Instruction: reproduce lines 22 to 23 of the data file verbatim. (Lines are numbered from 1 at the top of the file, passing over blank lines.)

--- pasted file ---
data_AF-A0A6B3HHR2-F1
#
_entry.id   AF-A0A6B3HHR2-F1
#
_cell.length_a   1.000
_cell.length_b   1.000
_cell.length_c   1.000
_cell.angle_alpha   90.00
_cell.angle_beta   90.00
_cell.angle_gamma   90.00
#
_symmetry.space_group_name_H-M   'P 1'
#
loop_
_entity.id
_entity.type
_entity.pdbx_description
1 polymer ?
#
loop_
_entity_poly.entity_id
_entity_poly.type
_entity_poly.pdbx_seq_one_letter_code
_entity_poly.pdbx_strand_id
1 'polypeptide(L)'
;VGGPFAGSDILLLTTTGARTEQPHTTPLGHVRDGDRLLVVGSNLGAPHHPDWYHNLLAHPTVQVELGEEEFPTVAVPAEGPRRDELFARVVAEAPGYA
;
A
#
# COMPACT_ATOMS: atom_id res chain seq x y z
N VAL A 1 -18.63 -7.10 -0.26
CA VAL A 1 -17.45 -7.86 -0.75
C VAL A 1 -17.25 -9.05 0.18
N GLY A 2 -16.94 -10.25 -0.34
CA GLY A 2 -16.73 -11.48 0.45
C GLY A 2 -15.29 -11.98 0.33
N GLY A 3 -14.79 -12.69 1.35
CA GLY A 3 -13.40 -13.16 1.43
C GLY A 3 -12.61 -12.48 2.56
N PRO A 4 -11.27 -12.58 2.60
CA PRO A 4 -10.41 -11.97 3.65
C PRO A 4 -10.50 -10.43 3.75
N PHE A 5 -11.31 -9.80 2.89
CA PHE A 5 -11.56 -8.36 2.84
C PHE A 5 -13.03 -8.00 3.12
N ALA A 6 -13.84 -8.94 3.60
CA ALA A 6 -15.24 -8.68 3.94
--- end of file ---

_entity_poly.type
_entity_poly.pdbx_seq_one_letter_code